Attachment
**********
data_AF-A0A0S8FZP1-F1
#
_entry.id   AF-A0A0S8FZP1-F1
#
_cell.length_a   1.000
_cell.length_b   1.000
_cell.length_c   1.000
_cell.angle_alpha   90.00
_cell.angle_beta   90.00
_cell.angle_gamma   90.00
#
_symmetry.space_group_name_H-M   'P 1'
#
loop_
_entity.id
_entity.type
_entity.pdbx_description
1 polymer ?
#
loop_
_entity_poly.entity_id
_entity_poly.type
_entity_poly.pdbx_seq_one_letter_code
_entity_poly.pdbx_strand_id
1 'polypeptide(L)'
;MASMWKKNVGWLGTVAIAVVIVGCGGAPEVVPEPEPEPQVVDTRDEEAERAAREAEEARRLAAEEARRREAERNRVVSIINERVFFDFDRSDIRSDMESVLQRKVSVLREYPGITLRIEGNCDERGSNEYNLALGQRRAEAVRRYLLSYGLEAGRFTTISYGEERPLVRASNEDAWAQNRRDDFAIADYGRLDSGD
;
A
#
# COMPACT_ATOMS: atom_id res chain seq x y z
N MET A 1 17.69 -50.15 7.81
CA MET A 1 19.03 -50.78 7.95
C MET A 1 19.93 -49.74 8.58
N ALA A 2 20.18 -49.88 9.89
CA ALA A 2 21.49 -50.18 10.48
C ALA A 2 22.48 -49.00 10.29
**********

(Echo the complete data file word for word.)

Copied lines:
data_AF-A0A0S8FZP1-F1
#
_entry.id   AF-A0A0S8FZP1-F1
#
_cell.length_a   1.000
_cell.length_b   1.000
_cell.length_c   1.000
_cell.angle_alpha   90.00
_cell.angle_beta   90.00
_cell.angle_gamma   90.00
#
_symmetry.space_group_name_H-M   'P 1'
#
loop_
_entity.id
_entity.type
_entity.pdbx_description
1 polymer ?
#
loop_
_entity_poly.entity_id
_entity_poly.type
_entity_poly.pdbx_seq_one_letter_code
_entity_poly.pdbx_strand_id
1 'polypeptide(L)'
;MASMWKKNVGWLGTVAIAVVIVGCGGAPEVVPEPEPEPQVVDTRDEEAERAAREAEEARRLAAEEARRREAERNRVVSIINERVFFDFDRSDIRSDMESVLQRKVSVLREYPGITLRIEGNCDERGSNEYNLALGQRRAEAVRRYLLSYGLEAGRFTTISYGEERPLVRASNEDAWAQNRRDDFAIADYGRLDSGD
;
A
#
# COMPACT_ATOMS: atom_id res chain seq x y z
N MET A 1 17.69 -50.15 7.81
CA MET A 1 19.03 -50.78 7.95
C MET A 1 19.93 -49.74 8.58
N ALA A 2 20.18 -49.88 9.89
CA ALA A 2 21.49 -50.18 10.48
C ALA A 2 22.48 -49.00 10.29